The Loss Library

In this unusual text, a blend of essay, fiction and literary genealogy, Vladislavić explores the problems and potentials of the fictions he could not bring himself to write. Drawing from his notebooks of the past twenty years, he records a range of ideas for stories – unsettled accounts, he calls them, or case studies of failure – and examines where they came from and why they eluded him. In the process, he reveals some of the principles that matter to him as a writer, and pays tribute to some of the writers – Walser, Perec, Sterne, DeLillo – who have been important to him as a reader.
      At the heart of the text, like a brightly lit room in a field of debris, stands the Loss Library itself, the shelves laden with books that have never been written. On the page, the books tell us, every loss may yet be recovered.

Loss LibraryUmuziThe Loss Library and Other Unfinished Stories
Umuzi, 2011
ISBN 978-1-4152-0162-6

More at






Loss LibrarySeagullThe Loss Library
with illustrations by Sunandini Banerjee
Seagull Books, 2012
ISBN 978-0-8574-2012-1

More at

People give me their papers. The reason is obvious: I hoard such enormous quantities of my own. My house looks like a public library or some archive of the ordinary; I cannot get rid of a book or throw away a receipt from Pick n Pay. What difference will another little stack of documents make? I am like an animal lover who gets a reputation for taking in strays. Need a home for a scrawny kitten, a lame dog, a blind parrot? Don’t take it to the SPCA – they’ll put it down as soon as you’re out the door – give it to him. The book lover.

      Of course, there’s more to it than storage. These papers are entrusted to me, placed in my care and assigned as my responsibility. People put their papers in my hands because they want me to read them, think about them, edit them or otherwise reorder them, and write about them. They would like me to make something of their leavings.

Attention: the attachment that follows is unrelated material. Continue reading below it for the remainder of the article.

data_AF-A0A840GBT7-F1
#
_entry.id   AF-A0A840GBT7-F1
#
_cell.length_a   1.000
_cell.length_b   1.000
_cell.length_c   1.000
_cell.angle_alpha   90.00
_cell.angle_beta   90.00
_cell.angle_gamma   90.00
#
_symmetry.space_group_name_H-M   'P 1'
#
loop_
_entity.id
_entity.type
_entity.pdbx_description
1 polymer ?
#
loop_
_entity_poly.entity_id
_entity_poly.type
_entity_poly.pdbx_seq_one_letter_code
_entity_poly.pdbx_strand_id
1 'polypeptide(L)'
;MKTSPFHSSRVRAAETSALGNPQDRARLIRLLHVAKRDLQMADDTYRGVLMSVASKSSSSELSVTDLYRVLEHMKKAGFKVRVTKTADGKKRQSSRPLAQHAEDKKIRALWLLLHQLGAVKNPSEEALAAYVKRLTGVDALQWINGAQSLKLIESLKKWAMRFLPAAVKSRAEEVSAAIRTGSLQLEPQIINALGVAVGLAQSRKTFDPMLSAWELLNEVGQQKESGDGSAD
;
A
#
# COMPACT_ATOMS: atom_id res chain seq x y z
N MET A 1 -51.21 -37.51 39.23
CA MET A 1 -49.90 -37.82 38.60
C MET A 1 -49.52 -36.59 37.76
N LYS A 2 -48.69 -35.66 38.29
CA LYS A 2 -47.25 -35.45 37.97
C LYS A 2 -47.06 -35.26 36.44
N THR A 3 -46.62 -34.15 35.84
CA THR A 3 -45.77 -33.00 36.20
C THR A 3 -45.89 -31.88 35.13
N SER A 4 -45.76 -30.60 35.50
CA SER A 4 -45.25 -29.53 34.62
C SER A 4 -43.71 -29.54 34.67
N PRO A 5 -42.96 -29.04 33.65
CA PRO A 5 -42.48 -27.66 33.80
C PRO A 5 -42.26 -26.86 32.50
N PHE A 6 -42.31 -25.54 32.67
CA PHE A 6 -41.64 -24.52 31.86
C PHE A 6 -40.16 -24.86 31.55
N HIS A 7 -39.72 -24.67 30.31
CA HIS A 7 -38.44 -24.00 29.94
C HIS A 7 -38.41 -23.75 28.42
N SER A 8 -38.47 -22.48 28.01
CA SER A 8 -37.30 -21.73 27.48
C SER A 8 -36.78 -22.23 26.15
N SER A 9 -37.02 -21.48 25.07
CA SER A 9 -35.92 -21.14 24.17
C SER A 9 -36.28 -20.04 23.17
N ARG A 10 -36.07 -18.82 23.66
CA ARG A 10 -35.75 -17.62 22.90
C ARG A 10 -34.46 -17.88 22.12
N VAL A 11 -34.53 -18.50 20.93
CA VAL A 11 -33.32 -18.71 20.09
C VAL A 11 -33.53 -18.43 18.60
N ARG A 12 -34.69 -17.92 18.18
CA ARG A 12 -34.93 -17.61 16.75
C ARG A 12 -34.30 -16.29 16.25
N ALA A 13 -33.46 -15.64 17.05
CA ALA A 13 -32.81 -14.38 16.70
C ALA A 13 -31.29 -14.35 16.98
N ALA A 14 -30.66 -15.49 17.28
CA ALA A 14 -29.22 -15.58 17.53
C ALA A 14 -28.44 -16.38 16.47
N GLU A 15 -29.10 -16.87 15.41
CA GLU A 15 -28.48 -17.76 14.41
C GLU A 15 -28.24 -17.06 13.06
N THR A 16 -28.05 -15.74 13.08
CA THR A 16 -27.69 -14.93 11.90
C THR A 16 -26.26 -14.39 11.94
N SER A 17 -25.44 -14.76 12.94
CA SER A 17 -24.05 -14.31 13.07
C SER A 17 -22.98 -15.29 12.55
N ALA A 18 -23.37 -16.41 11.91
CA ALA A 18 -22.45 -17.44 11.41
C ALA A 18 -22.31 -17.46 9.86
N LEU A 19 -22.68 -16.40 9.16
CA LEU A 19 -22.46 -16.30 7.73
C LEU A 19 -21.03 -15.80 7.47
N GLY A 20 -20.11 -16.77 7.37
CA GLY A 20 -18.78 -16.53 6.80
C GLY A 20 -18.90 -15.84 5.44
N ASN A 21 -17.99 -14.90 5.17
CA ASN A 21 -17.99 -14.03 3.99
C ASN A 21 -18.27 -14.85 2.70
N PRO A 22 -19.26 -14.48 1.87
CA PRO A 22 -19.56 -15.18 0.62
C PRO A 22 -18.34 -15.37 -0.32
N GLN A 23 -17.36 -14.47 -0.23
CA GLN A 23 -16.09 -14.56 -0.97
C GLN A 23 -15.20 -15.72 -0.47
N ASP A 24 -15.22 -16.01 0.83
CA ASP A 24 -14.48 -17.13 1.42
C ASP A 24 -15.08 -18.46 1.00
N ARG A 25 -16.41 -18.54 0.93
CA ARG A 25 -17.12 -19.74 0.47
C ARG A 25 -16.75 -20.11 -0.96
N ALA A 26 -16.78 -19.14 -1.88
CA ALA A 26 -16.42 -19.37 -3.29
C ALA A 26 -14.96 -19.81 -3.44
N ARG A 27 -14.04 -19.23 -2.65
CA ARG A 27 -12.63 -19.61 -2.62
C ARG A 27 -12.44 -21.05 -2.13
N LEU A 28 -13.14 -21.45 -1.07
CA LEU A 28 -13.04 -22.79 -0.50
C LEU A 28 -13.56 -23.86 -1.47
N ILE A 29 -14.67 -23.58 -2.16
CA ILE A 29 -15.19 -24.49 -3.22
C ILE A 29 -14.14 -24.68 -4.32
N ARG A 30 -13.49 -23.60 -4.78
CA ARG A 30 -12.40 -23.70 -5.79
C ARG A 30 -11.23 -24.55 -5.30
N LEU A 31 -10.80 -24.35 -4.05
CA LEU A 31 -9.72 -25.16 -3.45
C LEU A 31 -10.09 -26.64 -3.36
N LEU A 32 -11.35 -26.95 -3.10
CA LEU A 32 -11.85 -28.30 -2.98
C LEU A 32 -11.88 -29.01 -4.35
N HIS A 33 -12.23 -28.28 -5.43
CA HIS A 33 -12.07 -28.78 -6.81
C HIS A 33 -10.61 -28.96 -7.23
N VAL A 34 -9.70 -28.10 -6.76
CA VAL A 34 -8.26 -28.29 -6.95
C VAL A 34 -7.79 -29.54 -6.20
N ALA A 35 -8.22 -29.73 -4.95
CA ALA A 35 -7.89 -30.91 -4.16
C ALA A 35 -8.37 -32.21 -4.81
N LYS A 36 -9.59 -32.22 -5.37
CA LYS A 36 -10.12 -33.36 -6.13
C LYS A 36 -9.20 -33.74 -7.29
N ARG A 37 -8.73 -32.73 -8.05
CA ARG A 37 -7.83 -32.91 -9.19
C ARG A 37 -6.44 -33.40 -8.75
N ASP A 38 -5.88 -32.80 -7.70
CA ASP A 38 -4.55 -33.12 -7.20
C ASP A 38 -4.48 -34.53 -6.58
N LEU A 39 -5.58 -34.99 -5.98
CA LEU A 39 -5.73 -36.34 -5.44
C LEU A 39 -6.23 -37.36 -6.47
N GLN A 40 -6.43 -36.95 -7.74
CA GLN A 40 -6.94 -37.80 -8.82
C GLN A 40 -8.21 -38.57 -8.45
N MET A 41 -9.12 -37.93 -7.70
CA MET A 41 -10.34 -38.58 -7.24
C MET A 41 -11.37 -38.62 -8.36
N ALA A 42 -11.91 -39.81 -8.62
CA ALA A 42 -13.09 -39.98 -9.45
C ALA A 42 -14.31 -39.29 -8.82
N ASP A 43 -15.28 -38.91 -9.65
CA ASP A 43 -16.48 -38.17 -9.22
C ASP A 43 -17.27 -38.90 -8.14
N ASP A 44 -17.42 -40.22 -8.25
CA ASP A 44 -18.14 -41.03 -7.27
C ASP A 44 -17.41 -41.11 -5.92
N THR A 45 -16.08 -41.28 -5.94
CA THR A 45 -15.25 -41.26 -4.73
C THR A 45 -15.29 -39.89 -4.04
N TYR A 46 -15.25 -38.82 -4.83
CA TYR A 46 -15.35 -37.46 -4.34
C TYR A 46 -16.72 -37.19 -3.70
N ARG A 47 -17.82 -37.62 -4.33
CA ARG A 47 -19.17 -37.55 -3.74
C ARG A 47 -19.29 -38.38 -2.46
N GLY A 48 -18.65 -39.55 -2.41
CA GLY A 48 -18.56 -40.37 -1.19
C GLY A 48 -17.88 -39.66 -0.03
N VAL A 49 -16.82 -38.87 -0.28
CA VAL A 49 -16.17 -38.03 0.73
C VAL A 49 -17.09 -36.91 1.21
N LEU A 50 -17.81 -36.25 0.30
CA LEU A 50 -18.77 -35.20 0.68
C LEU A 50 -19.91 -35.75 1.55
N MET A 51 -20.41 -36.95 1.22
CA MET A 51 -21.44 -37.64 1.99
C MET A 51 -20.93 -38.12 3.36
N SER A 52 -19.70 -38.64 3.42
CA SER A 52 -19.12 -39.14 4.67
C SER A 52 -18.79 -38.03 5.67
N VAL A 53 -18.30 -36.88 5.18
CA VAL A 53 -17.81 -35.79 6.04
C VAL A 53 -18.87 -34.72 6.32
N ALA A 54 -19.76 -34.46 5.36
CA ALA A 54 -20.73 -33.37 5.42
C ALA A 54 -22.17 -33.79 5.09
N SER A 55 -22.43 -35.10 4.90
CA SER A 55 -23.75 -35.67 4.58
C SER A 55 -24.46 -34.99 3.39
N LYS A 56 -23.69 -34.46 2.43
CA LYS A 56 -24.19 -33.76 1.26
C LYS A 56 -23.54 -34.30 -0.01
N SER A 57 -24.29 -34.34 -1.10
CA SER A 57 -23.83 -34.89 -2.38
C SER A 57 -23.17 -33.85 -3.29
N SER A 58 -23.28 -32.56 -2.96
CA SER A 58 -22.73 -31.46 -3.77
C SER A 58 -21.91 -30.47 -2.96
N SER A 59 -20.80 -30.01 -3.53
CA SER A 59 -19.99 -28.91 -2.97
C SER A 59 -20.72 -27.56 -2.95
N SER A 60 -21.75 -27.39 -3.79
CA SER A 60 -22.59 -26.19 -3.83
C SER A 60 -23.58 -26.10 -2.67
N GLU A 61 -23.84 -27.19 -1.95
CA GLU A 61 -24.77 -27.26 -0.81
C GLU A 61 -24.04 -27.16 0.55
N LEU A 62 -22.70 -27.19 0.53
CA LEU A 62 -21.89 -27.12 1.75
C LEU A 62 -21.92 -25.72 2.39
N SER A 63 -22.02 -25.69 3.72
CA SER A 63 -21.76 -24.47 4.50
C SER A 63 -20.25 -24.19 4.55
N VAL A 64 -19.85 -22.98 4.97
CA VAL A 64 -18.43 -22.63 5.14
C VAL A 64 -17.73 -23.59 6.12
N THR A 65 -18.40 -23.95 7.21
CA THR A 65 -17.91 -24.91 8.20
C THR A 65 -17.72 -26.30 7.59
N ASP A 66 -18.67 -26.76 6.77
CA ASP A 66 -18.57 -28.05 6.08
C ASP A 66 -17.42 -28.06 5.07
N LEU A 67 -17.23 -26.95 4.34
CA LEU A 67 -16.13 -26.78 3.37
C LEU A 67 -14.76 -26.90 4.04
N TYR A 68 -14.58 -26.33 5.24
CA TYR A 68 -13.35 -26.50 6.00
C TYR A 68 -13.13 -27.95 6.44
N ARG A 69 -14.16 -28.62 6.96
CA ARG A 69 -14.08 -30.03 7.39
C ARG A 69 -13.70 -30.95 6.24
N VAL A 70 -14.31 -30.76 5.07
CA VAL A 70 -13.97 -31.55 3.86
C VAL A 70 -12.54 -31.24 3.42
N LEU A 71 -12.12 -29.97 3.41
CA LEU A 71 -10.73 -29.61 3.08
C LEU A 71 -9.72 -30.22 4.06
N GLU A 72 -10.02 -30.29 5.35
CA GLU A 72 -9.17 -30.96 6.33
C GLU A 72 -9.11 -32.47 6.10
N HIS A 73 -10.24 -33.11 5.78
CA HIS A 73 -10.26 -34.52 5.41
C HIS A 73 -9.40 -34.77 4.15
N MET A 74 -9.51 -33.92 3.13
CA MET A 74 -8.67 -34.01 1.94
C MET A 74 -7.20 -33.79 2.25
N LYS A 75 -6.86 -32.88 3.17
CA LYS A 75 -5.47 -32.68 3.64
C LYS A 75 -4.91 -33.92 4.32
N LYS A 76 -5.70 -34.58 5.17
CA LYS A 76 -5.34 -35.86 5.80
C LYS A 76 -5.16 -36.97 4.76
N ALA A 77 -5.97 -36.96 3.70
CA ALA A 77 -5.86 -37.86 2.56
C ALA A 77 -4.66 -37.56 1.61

More than twenty years ago, Louis Fehler (not his real name) left me his papers to look after while he went abroad, travelling light, and then promptly died. I’ve been carrying his blue trommel around with me ever since, packed with outlines of novels, biographical notes and other things, and have yet to squeeze more than a few lines of prose from them.

      The case of Dr T is much worse. I came by his trunks ten years ago shortly after he passed away. I brought this burden on myself. I’d had my eye on his disjecta membra (the lovely Latin for ‘severed limbs’) for years before he died, and when I was offered a look inside the caskets by his guardian and heir, I more or less insisted on taking them over, voetstoots.

Hedley Twidle on The Loss Library and other things
See the article at

Read 8649 times

Other Writing

  • 'Uppläsningen' published by Karavan

    The Stockholm-based magazine Karavan has published a Swedish translation of 'The Reading' from Vladislavic's story collection 101 Detectives. 'Uppläsningen', translated by Julian Birbrajer, appears in the mini-book series Karavan Novell.

    More here

  • 'On the Verge' in Sprout

    The second issue of the eco-journal Sprout has been published. 'On the Verge' is a reflection on life in Johannesburg during the pandemic.

    Read here

  • 'Here' in David Goldblatt: Johannesburg 1948-2018

    The Goodman Gallery has published a catalogue linked to their London exhibition 'David Goldblatt: Johannesburg 1948-2018'. The publication, which includes essays by Ivan Vladislavic and Mandla Langa, is available online.

    Note: This publication is no longer accessible

  • 'Save the Pedestals' in the Yale Review

    Read a new story by Ivan Vladislavic in the Yale Review. This 200th anniversary issue of the YR, the first under the editorship of Meghan O'Rourke, is packed with new fiction, nonfiction, poetry and reviews.

    Follow this link

  • 'Here' in David Goldblatt By ...

    Photographer Baptiste Lignel has put together a book of tributes to David Goldblatt by fellow photographers, artists, writers and curators associated with him. The contributors, including twenty photographers, write about their encounters with Goldblatt and what his work means to them.

    Details here